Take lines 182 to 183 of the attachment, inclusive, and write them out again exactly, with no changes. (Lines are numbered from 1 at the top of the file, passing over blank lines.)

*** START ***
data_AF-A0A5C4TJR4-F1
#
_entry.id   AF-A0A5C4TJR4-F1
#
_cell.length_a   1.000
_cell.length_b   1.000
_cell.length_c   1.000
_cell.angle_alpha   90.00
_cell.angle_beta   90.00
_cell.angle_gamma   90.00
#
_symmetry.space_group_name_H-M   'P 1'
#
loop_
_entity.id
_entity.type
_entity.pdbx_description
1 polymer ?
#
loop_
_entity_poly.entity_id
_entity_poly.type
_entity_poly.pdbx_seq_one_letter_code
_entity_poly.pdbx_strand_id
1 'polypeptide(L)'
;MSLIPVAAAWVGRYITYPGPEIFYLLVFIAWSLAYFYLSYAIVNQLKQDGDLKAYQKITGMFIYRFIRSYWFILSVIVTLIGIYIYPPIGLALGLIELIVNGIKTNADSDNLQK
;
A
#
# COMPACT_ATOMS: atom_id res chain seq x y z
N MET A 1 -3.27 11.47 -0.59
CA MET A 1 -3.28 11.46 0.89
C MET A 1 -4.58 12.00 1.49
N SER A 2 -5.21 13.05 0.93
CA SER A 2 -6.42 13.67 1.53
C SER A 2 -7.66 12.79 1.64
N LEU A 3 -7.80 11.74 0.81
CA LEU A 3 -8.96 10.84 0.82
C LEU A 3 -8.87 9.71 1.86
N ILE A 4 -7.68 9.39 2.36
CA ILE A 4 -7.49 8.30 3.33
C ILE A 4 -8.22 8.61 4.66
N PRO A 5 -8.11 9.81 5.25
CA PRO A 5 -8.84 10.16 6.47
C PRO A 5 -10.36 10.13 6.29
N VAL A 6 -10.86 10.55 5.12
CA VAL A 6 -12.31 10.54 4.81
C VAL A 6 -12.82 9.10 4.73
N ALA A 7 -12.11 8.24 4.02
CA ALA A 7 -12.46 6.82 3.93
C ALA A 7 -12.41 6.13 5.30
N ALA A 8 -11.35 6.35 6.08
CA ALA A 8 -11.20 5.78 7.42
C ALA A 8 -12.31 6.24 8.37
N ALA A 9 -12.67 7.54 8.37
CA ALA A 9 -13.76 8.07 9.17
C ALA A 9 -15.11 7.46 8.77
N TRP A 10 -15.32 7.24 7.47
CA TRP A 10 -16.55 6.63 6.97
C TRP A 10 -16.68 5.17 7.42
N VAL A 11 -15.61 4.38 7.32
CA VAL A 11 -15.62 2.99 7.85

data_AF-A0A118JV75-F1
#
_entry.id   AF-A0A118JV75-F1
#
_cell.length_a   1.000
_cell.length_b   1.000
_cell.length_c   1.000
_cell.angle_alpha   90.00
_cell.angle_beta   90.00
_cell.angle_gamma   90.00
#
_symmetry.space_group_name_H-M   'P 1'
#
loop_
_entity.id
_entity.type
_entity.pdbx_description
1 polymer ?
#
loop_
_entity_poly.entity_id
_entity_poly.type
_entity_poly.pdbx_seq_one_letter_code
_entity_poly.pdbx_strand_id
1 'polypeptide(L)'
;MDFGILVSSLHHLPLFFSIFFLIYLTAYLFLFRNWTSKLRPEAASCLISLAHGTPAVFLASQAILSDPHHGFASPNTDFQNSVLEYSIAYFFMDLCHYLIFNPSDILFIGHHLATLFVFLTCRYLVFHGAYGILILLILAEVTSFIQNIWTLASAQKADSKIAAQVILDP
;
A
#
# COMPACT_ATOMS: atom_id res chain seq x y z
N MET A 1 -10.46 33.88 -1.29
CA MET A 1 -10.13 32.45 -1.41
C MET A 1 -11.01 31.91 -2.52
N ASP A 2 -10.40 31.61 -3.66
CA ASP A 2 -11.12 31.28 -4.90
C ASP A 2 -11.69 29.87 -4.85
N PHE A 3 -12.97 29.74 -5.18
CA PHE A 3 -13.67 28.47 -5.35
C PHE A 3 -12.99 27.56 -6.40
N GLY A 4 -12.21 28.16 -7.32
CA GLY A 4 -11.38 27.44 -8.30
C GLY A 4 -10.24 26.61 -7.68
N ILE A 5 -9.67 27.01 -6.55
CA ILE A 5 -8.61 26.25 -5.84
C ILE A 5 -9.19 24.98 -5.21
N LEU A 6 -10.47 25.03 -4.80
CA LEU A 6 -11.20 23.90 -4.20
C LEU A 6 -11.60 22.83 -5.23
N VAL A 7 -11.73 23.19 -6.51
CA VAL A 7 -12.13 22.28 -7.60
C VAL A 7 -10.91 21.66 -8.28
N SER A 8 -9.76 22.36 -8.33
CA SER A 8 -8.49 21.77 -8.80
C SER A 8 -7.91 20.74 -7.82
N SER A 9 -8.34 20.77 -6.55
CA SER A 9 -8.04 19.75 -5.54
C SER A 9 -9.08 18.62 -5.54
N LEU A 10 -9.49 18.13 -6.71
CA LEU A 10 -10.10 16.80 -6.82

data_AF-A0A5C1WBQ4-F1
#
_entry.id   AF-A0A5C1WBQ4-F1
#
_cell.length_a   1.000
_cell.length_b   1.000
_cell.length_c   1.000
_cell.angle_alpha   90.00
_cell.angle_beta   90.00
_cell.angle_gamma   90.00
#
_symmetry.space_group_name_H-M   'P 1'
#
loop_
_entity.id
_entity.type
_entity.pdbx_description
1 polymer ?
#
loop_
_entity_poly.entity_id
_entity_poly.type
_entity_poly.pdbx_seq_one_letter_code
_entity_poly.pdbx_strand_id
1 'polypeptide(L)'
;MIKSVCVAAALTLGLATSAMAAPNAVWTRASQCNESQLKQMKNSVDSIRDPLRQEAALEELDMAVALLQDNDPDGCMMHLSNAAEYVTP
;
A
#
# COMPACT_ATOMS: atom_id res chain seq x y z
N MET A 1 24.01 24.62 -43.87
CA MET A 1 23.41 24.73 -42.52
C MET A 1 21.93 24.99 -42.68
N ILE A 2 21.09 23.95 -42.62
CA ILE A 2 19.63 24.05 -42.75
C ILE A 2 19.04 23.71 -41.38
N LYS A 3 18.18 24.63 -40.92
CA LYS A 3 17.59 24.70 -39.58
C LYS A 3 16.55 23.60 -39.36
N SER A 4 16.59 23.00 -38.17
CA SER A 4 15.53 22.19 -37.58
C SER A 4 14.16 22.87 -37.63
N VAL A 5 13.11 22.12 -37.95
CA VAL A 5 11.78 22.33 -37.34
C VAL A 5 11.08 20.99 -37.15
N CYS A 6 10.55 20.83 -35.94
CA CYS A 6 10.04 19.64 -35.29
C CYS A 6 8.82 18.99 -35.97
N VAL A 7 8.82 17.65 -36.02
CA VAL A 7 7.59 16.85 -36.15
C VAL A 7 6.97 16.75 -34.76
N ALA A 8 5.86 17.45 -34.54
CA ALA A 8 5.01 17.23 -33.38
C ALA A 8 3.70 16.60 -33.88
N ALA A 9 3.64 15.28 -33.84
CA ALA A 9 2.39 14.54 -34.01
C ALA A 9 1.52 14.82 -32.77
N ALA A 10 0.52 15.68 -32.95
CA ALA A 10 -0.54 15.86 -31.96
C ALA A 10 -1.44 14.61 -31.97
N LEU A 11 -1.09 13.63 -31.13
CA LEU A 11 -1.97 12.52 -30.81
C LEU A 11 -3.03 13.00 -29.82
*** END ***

N LEU A 11 -1.09 13.63 -31.13
CA LEU A 11 -1.97 12.52 -30.81